The somewhat thin crowds at Mugello this past weekend were in a way reflective of the lack of Italian domination in Grand Prix racing over the last few seasons. With Spaniards taking all 3 GP Championships in 2010, three non-italian nations doing the same in 2011, Valentino Rossi unlikely to win a race for the second season in a row, and inconsistent results for Italians in the lower classes, things look bleak for Italia in 2012 as well.
And while this didn’t stop those present from showing the energy and passion that this racing mecca is so well known for, it shouldn’t be too surprising that despite the incredible Moto2 win by Andrea Ianonne and the endearing swagger and impassioned ride to 2nd of Romano Fenati in Moto3, I pick a non-Italian rider to spotlight after attending the Gran Premio D’Italia TIM.
That rider is the reigning Moto2 World Champion, and MotoGP rookie sensation Stefan Bradl.
In 2011, Stefan Bradl won the Moto2 Championship in what some waved off as a gift due to the Marc Marquez accident at Sepang (much like Nicky Hayden’s 2006 Championship was for many years tied to the terrible luck experienced by Valentino Rossi that season).
But here lies the truth. While we love the bravado and passion of the Italian riders, the very pinnacle of which may have been reached by Marco Simoncelli, there’s a new breed of riders who can dazzle with bravado…and brains. Bradl’s Moto2 World Championship suddenly doesn’t look so lucky anymore as he could very well become the most successful MotoGP rookie since Andrea Dovizioso in 2008.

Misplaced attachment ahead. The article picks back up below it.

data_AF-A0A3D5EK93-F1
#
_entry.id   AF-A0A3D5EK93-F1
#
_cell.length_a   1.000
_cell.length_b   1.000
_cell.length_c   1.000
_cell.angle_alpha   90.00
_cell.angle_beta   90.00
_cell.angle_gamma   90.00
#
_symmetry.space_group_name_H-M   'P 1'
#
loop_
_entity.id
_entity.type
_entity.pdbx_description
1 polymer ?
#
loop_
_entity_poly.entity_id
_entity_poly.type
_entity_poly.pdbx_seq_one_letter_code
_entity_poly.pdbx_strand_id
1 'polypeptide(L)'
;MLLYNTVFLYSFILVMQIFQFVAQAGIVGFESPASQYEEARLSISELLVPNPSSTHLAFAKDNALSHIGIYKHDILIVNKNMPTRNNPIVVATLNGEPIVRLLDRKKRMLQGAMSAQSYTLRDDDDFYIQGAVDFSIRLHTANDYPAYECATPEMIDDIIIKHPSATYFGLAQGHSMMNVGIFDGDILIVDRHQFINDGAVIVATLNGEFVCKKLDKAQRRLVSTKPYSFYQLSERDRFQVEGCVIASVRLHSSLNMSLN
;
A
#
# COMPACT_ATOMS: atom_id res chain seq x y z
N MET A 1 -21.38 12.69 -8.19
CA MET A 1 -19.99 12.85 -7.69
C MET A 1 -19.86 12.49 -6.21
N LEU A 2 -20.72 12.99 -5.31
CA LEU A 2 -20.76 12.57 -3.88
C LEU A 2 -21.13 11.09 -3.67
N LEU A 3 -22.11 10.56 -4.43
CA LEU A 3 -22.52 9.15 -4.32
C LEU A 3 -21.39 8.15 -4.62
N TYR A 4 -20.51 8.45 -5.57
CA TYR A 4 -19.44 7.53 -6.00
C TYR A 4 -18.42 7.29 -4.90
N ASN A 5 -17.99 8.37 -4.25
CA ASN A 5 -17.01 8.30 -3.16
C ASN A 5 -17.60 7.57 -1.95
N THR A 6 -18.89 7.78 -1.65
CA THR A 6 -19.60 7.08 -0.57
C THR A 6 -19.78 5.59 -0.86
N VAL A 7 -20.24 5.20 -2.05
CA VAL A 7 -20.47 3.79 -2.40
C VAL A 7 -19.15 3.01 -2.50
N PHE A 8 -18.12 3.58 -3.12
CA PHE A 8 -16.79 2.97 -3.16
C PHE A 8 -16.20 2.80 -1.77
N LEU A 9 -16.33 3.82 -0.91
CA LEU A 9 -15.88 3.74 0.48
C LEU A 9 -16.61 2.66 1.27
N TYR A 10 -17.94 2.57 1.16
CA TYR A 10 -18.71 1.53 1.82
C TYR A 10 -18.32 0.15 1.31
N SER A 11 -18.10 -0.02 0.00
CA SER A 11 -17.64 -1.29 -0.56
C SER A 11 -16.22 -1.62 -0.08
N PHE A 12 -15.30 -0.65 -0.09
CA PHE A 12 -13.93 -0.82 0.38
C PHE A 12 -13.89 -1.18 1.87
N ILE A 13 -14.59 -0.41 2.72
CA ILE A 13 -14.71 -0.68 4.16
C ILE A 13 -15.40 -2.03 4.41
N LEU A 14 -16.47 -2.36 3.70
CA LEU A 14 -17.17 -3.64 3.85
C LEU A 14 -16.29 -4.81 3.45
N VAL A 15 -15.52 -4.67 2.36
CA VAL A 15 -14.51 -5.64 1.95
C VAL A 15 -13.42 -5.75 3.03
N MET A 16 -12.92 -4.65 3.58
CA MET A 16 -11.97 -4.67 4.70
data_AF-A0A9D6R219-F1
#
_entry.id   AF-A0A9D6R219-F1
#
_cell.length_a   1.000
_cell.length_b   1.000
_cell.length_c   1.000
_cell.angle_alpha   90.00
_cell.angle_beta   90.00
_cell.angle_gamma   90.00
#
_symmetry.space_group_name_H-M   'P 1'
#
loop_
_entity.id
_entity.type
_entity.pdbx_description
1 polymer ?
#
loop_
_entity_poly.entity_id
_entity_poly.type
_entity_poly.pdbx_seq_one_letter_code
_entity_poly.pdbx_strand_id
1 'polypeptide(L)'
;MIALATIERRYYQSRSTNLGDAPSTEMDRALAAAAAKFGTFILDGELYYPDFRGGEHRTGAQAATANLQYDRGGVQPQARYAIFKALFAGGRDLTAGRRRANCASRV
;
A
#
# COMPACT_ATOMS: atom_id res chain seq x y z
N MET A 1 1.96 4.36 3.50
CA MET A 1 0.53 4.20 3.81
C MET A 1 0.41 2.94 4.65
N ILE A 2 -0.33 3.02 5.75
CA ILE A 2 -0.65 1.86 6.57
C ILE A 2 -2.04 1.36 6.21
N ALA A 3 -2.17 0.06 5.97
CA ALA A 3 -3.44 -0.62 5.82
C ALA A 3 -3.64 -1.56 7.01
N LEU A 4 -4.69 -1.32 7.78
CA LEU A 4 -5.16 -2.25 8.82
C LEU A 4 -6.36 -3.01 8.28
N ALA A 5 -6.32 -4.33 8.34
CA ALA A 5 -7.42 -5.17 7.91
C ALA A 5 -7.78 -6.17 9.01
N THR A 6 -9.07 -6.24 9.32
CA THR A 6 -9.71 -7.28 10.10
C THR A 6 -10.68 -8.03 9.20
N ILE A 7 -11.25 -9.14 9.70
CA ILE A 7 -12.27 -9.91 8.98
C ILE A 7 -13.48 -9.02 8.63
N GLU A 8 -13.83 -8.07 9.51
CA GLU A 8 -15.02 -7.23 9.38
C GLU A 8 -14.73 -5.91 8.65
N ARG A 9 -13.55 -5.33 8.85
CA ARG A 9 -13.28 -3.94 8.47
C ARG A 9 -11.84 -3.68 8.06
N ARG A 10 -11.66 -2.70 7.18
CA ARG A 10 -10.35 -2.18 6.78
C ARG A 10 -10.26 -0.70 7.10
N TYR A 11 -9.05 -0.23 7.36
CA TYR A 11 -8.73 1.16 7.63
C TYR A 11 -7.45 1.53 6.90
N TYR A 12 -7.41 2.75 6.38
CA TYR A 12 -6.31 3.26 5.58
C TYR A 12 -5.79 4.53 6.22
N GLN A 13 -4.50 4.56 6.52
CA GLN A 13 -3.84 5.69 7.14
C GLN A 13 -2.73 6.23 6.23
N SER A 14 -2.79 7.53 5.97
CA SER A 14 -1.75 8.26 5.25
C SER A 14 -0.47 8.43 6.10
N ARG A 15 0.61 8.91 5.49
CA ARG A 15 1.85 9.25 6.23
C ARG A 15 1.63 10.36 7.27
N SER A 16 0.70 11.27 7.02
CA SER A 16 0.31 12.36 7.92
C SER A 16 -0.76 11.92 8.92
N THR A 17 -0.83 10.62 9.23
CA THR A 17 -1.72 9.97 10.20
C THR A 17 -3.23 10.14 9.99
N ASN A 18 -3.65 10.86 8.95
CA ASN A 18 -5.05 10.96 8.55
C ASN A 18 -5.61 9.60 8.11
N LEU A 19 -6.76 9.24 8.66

Stefan’s best ride of the season came this weekend at the Autodromo del Mugello as he missed the podium by a whisker, beating two works Ducatis in the process, and surprising everyone in the paddock and on the hillsides alike.
Bradl provided one of the best spectacles of the race as he hounded Dovi for seven laps before making best of a rare mistake from the Yamaha rider, who outbraked himself in San Donato. Staving off attacks from the much more experienced Dovizioso for 11 laps, Bradl finally lost out to the Italian by 5/100 of a second over the finish line.
In 2008, after nine rounds, Andrea Dovizioso stood 6th at 79 points. At the conclusion of the Italian GP on Sunday (the 9th round), Bradl is 7th with 75. It should also be noted that LCR Honda is coming off an absolutely abysmal season with Toni Elias in 2011. Bradl’s results have galvanized the team (I expect we will see that trend continue), and I will not be at all be surprised if we see Stefan Bradl on the podium before the end of the season.
Plus where the previous Moto2 Champion embarrassed himself in MotoGP, the current one shows that mature riders can succeed in moving up to the premier-class, despite assertions to the contrary voiced by Casey Stoner and a growing number of insiders, who are concerned with whether the Moto2 class can be a good feeder for MotoGP.
Meanwhile Luccio Cecchinello could not be happier. But not only does he praise Bradl for his skill, courage, and tactics, he also told me that he holds Stefan in the highest regard as a man. High praise for a 22-year-old rider whose name barely rang a bell two seasons ago.
And getting back to the Italians and the mecca of motorcycle racing that is Mugello, while they definitely love their local boys, every rider is a god in Italy. Several members of the Stefan Bradl fan club present at the track were decidely dark haired and possessed a native affinity of Italian. As I swam with them through the track invasion after the MotoGP race ended, their loftily held flags were met with total respect.
Photo: © 2012 Jules Cisek / Popmonkey – All Rights Reserved